Although it’s brand new to the Richmond area, Southerly Restaurant at Southern Season was a first choice for our feature spotlighting Virginia-produced distilled spirits. Local products are a mainstay at this small Chapel Hill-based gourmet grocery/cooking school/foodie’s paradise.
“Here at Southerly, we believe in a casual yet refined take on classic Southern dishes with modern nuances,” says front-of-house manager Justin Johnson. “We believe in being a champion of local farmers, brewers, artisans and giving them a place to show their products to the community and try to utilize these products when and wherever possible.”
Behind the bar, you’ll discover craft beers from a number of local breweries. They also feature spirits from both Bowman Brothers bourbon out of Fredericksburg and Belle Isle Moonshine, based right here in Richmond.
“The drink we prepared for you,” says Johnson, “is the Southerly Cup, our play on a Pimms Cup. It’s made by muddling cucumber in our simple syrup, adding Pimms and Belle Isle Moonshine, and topping with our homemade basil lemonade.”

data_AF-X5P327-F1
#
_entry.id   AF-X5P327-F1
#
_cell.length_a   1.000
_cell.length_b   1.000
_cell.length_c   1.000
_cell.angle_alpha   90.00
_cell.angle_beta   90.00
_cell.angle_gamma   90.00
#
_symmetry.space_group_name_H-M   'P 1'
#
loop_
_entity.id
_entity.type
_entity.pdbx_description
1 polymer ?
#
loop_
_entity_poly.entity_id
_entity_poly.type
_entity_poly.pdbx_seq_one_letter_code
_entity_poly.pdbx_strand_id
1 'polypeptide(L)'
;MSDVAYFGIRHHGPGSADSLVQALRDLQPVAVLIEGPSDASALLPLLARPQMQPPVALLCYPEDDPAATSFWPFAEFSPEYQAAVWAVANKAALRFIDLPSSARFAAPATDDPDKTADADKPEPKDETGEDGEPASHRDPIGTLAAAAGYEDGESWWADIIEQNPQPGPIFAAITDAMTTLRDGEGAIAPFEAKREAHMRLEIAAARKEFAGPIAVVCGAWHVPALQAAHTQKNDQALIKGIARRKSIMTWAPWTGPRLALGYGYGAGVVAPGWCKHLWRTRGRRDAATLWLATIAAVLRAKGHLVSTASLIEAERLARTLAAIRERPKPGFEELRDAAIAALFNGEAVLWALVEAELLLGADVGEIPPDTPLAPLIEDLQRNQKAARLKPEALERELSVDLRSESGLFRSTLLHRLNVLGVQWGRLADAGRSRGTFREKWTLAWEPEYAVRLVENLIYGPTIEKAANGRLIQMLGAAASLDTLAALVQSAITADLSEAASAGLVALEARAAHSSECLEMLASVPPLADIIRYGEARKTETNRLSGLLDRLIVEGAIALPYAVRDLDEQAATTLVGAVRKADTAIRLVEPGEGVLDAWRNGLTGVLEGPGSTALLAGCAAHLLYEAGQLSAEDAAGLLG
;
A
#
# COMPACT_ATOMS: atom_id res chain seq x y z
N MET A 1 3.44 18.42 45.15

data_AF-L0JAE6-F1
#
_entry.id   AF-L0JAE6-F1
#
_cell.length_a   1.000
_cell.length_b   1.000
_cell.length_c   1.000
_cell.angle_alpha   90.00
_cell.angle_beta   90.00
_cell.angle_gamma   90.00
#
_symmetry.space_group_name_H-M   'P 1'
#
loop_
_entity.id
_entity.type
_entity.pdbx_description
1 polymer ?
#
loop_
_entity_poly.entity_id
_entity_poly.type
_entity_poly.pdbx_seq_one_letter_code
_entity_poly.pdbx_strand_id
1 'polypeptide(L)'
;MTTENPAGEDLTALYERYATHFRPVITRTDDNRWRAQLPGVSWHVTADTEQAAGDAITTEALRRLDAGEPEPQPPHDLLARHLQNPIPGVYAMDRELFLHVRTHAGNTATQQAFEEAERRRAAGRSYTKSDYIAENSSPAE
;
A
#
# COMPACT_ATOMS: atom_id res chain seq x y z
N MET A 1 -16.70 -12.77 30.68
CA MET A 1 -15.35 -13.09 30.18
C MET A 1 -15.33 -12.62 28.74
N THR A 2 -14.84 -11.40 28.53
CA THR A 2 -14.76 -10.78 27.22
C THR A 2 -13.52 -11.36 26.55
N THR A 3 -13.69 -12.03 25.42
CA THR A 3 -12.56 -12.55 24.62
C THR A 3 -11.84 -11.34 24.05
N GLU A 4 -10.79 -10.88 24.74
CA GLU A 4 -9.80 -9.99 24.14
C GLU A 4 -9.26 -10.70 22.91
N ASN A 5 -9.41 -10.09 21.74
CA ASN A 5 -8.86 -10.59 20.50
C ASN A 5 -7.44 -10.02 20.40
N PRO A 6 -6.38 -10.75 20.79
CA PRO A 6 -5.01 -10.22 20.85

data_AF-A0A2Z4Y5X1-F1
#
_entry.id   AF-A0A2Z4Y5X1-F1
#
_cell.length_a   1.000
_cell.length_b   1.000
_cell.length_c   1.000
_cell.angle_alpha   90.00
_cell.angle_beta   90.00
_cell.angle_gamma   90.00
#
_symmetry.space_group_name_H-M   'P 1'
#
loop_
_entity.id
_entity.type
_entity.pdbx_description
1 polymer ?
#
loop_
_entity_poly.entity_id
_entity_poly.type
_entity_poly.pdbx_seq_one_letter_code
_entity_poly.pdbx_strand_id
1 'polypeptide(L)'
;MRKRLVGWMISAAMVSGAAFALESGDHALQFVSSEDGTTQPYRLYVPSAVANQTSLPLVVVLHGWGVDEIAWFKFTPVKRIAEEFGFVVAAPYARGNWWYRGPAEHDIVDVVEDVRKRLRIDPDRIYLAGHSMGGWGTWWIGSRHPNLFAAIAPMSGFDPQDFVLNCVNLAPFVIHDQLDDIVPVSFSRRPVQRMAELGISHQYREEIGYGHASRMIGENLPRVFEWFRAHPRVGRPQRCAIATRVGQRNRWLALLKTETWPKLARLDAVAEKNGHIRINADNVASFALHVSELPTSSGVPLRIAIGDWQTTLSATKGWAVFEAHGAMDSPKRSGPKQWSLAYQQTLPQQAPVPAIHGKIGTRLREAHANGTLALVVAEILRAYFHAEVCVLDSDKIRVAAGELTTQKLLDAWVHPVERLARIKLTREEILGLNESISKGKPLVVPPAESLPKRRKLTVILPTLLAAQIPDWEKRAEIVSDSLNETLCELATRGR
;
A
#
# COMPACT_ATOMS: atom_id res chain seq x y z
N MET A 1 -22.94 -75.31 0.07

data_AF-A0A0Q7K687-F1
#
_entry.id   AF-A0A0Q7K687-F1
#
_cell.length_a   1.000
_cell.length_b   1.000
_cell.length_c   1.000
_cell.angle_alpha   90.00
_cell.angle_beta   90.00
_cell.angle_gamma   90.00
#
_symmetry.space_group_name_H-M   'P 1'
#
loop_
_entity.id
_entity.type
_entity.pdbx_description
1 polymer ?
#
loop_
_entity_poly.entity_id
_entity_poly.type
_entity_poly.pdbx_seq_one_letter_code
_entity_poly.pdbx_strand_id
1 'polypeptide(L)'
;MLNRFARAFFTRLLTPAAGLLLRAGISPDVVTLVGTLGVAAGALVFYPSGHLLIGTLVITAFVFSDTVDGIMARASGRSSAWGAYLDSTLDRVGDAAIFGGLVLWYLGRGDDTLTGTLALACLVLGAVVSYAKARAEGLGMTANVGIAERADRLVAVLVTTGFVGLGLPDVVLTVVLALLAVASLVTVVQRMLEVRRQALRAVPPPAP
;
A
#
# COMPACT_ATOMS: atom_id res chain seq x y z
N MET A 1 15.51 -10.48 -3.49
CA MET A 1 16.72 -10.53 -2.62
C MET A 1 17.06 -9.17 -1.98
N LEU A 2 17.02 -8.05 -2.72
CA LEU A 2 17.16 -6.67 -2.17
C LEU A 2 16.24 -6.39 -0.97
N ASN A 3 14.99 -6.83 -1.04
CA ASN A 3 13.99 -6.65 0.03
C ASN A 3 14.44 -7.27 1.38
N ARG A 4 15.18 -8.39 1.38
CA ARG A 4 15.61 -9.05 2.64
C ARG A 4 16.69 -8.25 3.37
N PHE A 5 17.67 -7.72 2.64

In speaking about Southerly’s broader craft program, Johnson adds, “We want to feature classic cocktails in their pre-Prohibition style. We want to make everything in house that we can and rely on the flavor and quality of the products as opposed to adding unnecessary ingredients.”
The new restaurant is currently offering different happy hour specials each evening to gauge customer response. Check out their specials and be part of the response.
2250 Staples Mill Rd. | 804-292-3447
Richmond on the Nile? Well, not exactly, but the folks at Portrait House restaurant in Carytown seem to be doing a fine job of combining authentic Ethiopian cuisine with Virginia spirits.
Following a recent merger (in early July) with the Nile Restaurant, a Fan-area staple for the past nine years, beverage manager Shannon Hood has done an amazing job in putting together a bar program that meshes well with the new cuisine.